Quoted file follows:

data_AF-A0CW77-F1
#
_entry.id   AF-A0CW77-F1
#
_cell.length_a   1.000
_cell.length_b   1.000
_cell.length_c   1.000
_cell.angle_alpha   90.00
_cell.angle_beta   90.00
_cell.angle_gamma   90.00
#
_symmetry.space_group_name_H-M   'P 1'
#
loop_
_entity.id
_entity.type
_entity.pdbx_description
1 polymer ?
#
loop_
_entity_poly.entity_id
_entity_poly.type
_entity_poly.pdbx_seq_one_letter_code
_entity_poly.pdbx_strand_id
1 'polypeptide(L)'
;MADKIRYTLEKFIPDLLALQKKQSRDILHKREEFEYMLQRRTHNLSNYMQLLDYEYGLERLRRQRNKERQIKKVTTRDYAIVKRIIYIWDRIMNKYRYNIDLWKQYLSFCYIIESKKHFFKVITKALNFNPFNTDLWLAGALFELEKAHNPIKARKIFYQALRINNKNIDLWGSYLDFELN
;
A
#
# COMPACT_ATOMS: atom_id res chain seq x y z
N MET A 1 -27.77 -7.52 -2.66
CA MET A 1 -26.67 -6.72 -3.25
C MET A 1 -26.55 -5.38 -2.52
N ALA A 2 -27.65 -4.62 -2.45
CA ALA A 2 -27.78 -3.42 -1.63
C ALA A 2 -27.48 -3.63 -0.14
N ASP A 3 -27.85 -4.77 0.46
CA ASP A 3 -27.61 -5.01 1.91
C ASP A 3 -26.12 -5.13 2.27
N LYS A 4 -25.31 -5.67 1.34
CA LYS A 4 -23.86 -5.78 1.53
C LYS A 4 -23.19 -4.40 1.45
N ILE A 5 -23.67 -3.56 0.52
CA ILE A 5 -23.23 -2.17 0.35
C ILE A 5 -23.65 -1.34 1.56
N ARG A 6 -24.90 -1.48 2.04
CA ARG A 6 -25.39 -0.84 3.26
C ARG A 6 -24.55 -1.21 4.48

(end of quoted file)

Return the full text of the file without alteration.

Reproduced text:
data_AF-A0CW77-F1
#
_entry.id   AF-A0CW77-F1
#
_cell.length_a   1.000
_cell.length_b   1.000
_cell.length_c   1.000
_cell.angle_alpha   90.00
_cell.angle_beta   90.00
_cell.angle_gamma   90.00
#
_symmetry.space_group_name_H-M   'P 1'
#
loop_
_entity.id
_entity.type
_entity.pdbx_description
1 polymer ?
#
loop_
_entity_poly.entity_id
_entity_poly.type
_entity_poly.pdbx_seq_one_letter_code
_entity_poly.pdbx_strand_id
1 'polypeptide(L)'
;MADKIRYTLEKFIPDLLALQKKQSRDILHKREEFEYMLQRRTHNLSNYMQLLDYEYGLERLRRQRNKERQIKKVTTRDYAIVKRIIYIWDRIMNKYRYNIDLWKQYLSFCYIIESKKHFFKVITKALNFNPFNTDLWLAGALFELEKAHNPIKARKIFYQALRINNKNIDLWGSYLDFELN
;
A
#
# COMPACT_ATOMS: atom_id res chain seq x y z
N MET A 1 -27.77 -7.52 -2.66
CA MET A 1 -26.67 -6.72 -3.25
C MET A 1 -26.55 -5.38 -2.52
N ALA A 2 -27.65 -4.62 -2.45
CA ALA A 2 -27.78 -3.42 -1.63
C ALA A 2 -27.48 -3.63 -0.14
N ASP A 3 -27.85 -4.77 0.46
CA ASP A 3 -27.61 -5.01 1.91
C ASP A 3 -26.12 -5.13 2.27
N LYS A 4 -25.31 -5.67 1.34
CA LYS A 4 -23.86 -5.78 1.53
C LYS A 4 -23.19 -4.40 1.45
N ILE A 5 -23.67 -3.56 0.52
CA ILE A 5 -23.23 -2.17 0.35
C ILE A 5 -23.65 -1.34 1.56
N ARG A 6 -24.90 -1.48 2.04
CA ARG A 6 -25.39 -0.84 3.26
C ARG A 6 -24.55 -1.21 4.48